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Ruble Rally Short-Lived as Historic Falls Resume

The Russian Central Bank confirmed Monday that it will offer $3.5 billion in foreign currency auctions on Oct. 29 and Oct. 30 in a bid to ease the demand for dollars.

Modest gains for Russia's beleaguered currency were rapidly reversed Monday as the ruble dropped to new record lows amid speculation that the Central Bank might abandon its policy of spending foreign reserves to slow the currency's decline.

The ruble dropped 34 kopeks against the U.S. dollar Monday, touching a bottom of 42.28 in the early evening in Moscow. The currency has lost more than 25 percent of its value against the greenback this year, and over 16 percent in the last three months alone.

A small bounce for the ruble following Standard & Poor's decision last week not to downgrade Russia's sovereign debt rating to junk status were quickly erased despite the monthly tax period when Russian companies are obliged to convert foreign currency into rubles.

"If ever the omens were right for a ruble recovery today was the day," said Tom Levinson, chief currency strategist at Sberbank CIB. "The fact that it has fallen very sharply is telling."

Expectations have been growing that the Russian Central Bank may scale back its support for the ruble, on which it has spent over $20 billion defending this month alone.

"The Central Bank is currently falling foul of a circular argument: It is intervening to smooth ruble losses but at the same time burning through reserves gives the market a reason to sell," Levinson said in written comments.

The regulator currently uses a 9-ruble-wide trading corridor as a guide for slowing the ruble's decline, but has said repeatedly it will implement a free floating currency in 2015. Foreign reserves are committed by the Central Bank when the ruble exceeds the corridor's limits, and for every $350 million spent the corridor is shifted by 5 kopeks.

"Despite its current weakness the ruble is still expensive and does not reflect the recent fall in oil prices and obligation to repay roughly $100bn of external debt by the private sector in 2015," said Alexei Pogorelov, chief economist at Credit Suisse in Moscow.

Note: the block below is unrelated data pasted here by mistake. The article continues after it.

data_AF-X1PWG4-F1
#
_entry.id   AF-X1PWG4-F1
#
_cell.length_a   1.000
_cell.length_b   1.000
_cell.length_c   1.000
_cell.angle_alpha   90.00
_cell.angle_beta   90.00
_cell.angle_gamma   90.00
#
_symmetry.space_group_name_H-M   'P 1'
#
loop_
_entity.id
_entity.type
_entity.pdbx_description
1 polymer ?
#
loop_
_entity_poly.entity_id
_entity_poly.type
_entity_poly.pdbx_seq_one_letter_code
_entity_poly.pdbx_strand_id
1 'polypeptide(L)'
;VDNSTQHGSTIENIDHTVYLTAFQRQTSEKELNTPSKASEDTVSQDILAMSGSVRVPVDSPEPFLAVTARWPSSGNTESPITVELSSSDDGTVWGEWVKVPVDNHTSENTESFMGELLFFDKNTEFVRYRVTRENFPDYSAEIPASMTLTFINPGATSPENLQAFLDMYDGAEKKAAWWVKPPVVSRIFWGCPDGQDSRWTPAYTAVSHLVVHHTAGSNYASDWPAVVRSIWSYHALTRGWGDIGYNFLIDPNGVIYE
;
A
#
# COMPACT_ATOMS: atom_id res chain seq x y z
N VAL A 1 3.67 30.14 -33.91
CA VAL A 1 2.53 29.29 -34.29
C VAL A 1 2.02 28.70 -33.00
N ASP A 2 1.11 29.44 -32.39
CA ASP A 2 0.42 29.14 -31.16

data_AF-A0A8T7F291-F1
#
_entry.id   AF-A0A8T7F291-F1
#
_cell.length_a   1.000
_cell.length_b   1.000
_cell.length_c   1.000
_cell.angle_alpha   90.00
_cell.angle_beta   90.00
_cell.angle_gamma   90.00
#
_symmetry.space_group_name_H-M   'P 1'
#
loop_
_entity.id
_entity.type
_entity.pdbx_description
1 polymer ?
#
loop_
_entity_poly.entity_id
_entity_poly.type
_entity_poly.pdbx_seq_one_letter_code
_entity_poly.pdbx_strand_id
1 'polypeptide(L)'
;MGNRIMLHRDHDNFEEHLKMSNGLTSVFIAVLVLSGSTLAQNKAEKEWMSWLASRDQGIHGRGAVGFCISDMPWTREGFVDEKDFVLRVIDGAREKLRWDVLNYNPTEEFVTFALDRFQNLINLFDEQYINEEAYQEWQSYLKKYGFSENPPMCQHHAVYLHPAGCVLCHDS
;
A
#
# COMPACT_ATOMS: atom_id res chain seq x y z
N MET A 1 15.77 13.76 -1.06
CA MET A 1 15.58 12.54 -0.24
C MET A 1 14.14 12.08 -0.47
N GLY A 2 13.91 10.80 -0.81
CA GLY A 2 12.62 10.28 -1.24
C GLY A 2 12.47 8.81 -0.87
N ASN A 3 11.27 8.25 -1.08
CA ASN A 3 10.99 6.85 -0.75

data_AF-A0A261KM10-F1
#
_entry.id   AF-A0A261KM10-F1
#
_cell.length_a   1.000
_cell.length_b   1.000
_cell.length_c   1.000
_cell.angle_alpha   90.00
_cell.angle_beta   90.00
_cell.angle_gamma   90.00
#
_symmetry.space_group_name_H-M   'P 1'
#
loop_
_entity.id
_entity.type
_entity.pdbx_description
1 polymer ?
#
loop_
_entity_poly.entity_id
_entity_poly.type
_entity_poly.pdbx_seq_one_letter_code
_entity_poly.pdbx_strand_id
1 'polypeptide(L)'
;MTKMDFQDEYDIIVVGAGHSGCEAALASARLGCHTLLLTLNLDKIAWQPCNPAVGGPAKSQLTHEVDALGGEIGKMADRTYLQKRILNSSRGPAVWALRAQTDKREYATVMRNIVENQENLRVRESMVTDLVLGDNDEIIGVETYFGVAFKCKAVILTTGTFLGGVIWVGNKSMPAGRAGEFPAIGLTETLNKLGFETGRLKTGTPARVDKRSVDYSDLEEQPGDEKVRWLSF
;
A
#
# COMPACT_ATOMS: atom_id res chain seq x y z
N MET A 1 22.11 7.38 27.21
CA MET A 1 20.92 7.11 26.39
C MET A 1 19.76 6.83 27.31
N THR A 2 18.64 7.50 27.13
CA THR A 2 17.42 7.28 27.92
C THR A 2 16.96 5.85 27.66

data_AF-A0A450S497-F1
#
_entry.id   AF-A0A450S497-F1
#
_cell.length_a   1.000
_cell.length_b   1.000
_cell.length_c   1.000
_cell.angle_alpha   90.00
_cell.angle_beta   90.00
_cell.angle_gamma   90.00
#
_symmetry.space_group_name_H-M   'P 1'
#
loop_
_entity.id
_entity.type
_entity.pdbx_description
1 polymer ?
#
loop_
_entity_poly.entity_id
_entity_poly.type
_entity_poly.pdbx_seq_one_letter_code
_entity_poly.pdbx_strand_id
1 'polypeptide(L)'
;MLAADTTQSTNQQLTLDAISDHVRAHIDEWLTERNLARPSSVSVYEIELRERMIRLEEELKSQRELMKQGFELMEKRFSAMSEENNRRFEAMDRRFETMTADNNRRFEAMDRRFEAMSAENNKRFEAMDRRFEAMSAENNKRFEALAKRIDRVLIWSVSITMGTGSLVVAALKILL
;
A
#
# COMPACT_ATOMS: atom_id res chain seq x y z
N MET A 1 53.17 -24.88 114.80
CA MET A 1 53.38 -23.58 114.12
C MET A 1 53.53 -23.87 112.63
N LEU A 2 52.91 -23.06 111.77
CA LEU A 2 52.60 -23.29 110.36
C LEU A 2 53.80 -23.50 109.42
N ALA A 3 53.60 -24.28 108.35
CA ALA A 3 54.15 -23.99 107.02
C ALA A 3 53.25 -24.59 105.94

Squeezed out of U.S. and European Union capital markets after Western sanctions on Moscow, experts predict that Russian companies will struggle to refinance debts over the next eighteen months in a slow-motion credit crunch.

The Central Bank could hike interest rates and abandon its intervention mechanism, which would be a "big surprise" for the market, Credit Suisse said in a research note Monday.

The Central Bank is due to meet for its monthly policy meeting Friday.

Russian President Vladimir Putin said last week that Russia would not "unthinkingly burn through its [foreign currency] reserves."

Other pressures on the ruble Monday included Ukrainian parliamentary elections results in which pro-Western parties recorded a strong showing, prompting fears of a further deterioration in relations between Kiev and Moscow.

Oil prices, which have been volatile in recent weeks, dropped sharply Monday. United States crude oil prices fell below $80 a barrel for the first time in 28 months, while the Brent oil global benchmark sank to under $85 a barrel, approaching four year lows recorded earlier in October.

The Russian Central Bank confirmed Monday that it will offer $3.5 billion in foreign currency auctions on Oct. 29 and Oct. 30 in a bid to ease the demand for dollars.

The ruble's steady slide this year amid a falling oil price and tensions over Ukraine has so far failed to produce any sign of panic among Russian households, but a survey published Monday indicated there was rising concern over the issue.

The currency's dynamic is now worrying 45 percent of Russians, compared with 26 percent of the population 16 months earlier, according the independent pollster Levada Center. The survey had a 3.4 percent margin of error.

And there are few indications that an end to the ruble's weakness is in sight.

Without any serious oil price fluctuations, the Russian currency should find equilibrium between 43 and 45 rubles to the dollar, according to Credit Suisse estimates.

"Forty-two rubles against the dollar has already been achieved, and the 45 against the dollar level is now in the market's sights," Igor Zelentsov, a senior trader at Globex Bank, said in a note Monday.

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